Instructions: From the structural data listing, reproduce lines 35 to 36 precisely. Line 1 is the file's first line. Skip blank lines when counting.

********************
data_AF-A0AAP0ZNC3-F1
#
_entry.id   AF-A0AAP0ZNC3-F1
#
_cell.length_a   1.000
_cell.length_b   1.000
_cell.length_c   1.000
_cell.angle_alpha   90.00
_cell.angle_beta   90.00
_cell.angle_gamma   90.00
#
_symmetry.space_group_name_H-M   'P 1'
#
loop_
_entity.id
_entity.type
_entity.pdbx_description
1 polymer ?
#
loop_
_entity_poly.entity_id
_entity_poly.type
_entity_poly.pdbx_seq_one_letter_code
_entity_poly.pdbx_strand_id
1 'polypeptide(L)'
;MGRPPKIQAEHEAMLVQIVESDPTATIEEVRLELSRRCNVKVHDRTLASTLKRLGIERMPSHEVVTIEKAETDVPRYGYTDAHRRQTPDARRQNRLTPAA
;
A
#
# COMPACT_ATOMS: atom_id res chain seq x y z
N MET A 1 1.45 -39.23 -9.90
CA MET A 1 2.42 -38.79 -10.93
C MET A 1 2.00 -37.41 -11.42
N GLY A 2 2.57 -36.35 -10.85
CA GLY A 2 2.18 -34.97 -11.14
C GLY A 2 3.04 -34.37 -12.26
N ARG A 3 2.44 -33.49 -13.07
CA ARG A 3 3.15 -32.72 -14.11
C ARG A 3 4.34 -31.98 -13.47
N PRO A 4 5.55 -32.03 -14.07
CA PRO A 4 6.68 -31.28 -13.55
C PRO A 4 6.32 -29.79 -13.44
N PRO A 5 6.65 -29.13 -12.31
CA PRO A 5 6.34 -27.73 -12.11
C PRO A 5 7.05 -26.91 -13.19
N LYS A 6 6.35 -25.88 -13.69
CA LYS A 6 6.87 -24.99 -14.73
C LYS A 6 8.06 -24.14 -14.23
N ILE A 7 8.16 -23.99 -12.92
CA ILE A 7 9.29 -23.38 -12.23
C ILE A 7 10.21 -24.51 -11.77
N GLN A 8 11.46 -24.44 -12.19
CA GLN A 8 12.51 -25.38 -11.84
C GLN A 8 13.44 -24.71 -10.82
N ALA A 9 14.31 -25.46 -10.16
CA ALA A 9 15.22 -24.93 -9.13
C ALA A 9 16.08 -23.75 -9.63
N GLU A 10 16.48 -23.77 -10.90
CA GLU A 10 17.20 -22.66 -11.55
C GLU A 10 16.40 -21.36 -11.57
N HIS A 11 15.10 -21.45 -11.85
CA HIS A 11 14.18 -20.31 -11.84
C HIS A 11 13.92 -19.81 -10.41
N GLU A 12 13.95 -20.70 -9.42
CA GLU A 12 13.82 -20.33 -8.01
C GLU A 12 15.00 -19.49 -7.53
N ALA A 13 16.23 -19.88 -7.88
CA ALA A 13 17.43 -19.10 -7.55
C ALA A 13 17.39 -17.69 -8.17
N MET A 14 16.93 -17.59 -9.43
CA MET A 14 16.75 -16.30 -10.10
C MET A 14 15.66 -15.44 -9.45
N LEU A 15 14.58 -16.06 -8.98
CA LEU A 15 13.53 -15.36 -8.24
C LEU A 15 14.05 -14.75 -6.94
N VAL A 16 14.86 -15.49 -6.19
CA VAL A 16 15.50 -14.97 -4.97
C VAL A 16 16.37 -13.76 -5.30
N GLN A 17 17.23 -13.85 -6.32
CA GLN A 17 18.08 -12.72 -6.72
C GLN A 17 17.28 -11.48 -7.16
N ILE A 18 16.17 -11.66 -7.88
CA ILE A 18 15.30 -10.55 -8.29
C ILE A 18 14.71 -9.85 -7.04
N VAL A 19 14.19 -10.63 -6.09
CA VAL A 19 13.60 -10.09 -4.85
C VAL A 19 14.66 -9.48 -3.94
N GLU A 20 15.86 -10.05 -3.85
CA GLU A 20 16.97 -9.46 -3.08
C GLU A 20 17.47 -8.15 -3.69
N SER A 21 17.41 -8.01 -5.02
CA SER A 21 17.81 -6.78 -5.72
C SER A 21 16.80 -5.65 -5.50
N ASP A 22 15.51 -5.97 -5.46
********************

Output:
CA GLY A 2 2.18 -34.97 -11.14
C GLY A 2 3.04 -34.37 -12.26